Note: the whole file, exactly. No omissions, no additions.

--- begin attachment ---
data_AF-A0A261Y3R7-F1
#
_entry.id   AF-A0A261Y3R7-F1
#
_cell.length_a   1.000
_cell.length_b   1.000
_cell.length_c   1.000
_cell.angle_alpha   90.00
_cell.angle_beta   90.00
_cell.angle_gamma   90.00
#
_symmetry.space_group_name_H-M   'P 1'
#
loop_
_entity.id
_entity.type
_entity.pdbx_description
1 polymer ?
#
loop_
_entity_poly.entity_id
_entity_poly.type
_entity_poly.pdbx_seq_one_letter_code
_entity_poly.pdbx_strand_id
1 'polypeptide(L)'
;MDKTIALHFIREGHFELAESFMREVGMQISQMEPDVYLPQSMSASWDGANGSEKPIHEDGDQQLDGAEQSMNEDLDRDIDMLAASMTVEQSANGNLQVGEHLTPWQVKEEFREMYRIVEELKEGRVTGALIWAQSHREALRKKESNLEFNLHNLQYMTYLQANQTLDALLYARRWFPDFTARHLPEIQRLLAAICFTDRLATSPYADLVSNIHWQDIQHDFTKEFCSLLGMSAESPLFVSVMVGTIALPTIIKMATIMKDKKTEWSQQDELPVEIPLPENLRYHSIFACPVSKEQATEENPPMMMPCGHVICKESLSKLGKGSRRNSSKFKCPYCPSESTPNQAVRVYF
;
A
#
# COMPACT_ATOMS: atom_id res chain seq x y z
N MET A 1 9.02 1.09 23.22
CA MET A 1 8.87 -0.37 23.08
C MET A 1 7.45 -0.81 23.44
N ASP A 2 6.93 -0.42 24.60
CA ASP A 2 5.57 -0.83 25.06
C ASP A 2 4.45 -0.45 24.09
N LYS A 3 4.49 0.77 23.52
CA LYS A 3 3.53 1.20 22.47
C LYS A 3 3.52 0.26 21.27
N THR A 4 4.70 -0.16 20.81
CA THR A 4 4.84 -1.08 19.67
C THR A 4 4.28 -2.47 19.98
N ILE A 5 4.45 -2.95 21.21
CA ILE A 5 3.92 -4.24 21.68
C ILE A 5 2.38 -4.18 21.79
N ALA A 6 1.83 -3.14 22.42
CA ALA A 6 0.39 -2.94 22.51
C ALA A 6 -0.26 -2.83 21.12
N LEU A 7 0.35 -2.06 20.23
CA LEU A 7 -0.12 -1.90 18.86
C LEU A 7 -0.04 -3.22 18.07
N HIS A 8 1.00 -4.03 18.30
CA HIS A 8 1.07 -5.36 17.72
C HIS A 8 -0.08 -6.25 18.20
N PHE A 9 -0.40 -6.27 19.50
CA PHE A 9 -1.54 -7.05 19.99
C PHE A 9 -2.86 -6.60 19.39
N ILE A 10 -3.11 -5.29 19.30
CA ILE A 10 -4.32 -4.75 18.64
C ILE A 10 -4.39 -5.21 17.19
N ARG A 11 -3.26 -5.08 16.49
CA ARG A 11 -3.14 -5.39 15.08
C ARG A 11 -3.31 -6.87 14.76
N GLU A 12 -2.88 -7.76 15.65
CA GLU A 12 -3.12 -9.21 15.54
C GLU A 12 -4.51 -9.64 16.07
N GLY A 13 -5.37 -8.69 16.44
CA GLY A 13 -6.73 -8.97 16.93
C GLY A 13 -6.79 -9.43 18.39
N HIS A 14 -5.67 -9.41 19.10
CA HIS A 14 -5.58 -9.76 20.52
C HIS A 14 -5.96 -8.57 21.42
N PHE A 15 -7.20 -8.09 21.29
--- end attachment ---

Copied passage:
data_AF-A0A261Y3R7-F1
#
_entry.id   AF-A0A261Y3R7-F1
#
_cell.length_a   1.000
_cell.length_b   1.000
_cell.length_c   1.000
_cell.angle_alpha   90.00
_cell.angle_beta   90.00
_cell.angle_gamma   90.00
#
_symmetry.space_group_name_H-M   'P 1'
#
loop_
_entity.id
_entity.type
_entity.pdbx_description
1 polymer ?
#
loop_
_entity_poly.entity_id
_entity_poly.type
_entity_poly.pdbx_seq_one_letter_code
_entity_poly.pdbx_strand_id
1 'polypeptide(L)'
;MDKTIALHFIREGHFELAESFMREVGMQISQMEPDVYLPQSMSASWDGANGSEKPIHEDGDQQLDGAEQSMNEDLDRDIDMLAASMTVEQSANGNLQVGEHLTPWQVKEEFREMYRIVEELKEGRVTGALIWAQSHREALRKKESNLEFNLHNLQYMTYLQANQTLDALLYARRWFPDFTARHLPEIQRLLAAICFTDRLATSPYADLVSNIHWQDIQHDFTKEFCSLLGMSAESPLFVSVMVGTIALPTIIKMATIMKDKKTEWSQQDELPVEIPLPENLRYHSIFACPVSKEQATEENPPMMMPCGHVICKESLSKLGKGSRRNSSKFKCPYCPSESTPNQAVRVYF
;
A
#
# COMPACT_ATOMS: atom_id res chain seq x y z
N MET A 1 9.02 1.09 23.22
CA MET A 1 8.87 -0.37 23.08
C MET A 1 7.45 -0.81 23.44
N ASP A 2 6.93 -0.42 24.60
CA ASP A 2 5.57 -0.83 25.06
C ASP A 2 4.45 -0.45 24.09
N LYS A 3 4.49 0.77 23.52
CA LYS A 3 3.53 1.20 22.47
C LYS A 3 3.52 0.26 21.27
N THR A 4 4.70 -0.16 20.81
CA THR A 4 4.84 -1.08 19.67
C THR A 4 4.28 -2.47 19.98
N ILE A 5 4.45 -2.95 21.21
CA ILE A 5 3.92 -4.24 21.68
C ILE A 5 2.38 -4.18 21.79
N ALA A 6 1.83 -3.14 22.42
CA ALA A 6 0.39 -2.94 22.51
C ALA A 6 -0.26 -2.83 21.12
N LEU A 7 0.35 -2.06 20.23
CA LEU A 7 -0.12 -1.90 18.86
C LEU A 7 -0.04 -3.22 18.07
N HIS A 8 1.00 -4.03 18.30
CA HIS A 8 1.07 -5.36 17.72
C HIS A 8 -0.08 -6.25 18.20
N PHE A 9 -0.40 -6.27 19.50
CA PHE A 9 -1.54 -7.05 19.99
C PHE A 9 -2.86 -6.60 19.39
N ILE A 10 -3.11 -5.29 19.30
CA ILE A 10 -4.32 -4.75 18.64
C ILE A 10 -4.39 -5.21 17.19
N ARG A 11 -3.26 -5.08 16.49
CA ARG A 11 -3.14 -5.39 15.08
C ARG A 11 -3.31 -6.87 14.76
N GLU A 12 -2.88 -7.76 15.65
CA GLU A 12 -3.12 -9.21 15.54
C GLU A 12 -4.51 -9.64 16.07
N GLY A 13 -5.37 -8.69 16.44
CA GLY A 13 -6.73 -8.97 16.93
C GLY A 13 -6.79 -9.43 18.39
N HIS A 14 -5.67 -9.41 19.10
CA HIS A 14 -5.58 -9.76 20.52
C HIS A 14 -5.96 -8.57 21.42
N PHE A 15 -7.20 -8.09 21.29